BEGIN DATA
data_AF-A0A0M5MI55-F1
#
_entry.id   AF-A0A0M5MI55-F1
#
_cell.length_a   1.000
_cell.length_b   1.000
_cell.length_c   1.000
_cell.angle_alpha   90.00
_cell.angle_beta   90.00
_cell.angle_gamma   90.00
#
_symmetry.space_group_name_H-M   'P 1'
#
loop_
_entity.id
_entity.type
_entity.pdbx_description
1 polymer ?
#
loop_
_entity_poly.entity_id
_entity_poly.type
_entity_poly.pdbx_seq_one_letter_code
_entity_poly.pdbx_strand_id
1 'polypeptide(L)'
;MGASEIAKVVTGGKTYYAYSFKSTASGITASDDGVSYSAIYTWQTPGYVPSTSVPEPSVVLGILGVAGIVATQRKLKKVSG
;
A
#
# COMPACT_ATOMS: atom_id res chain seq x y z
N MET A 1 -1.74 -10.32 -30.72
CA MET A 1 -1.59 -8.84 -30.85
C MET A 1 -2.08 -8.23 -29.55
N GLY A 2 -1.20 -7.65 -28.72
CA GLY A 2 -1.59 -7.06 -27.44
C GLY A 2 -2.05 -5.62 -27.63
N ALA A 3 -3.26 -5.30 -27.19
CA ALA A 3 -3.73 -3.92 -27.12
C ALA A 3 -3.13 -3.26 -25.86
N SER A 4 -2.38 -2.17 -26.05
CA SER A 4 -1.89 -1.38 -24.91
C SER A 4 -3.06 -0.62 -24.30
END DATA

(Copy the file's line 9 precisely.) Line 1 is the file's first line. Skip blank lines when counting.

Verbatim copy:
_cell.angle_beta   90.00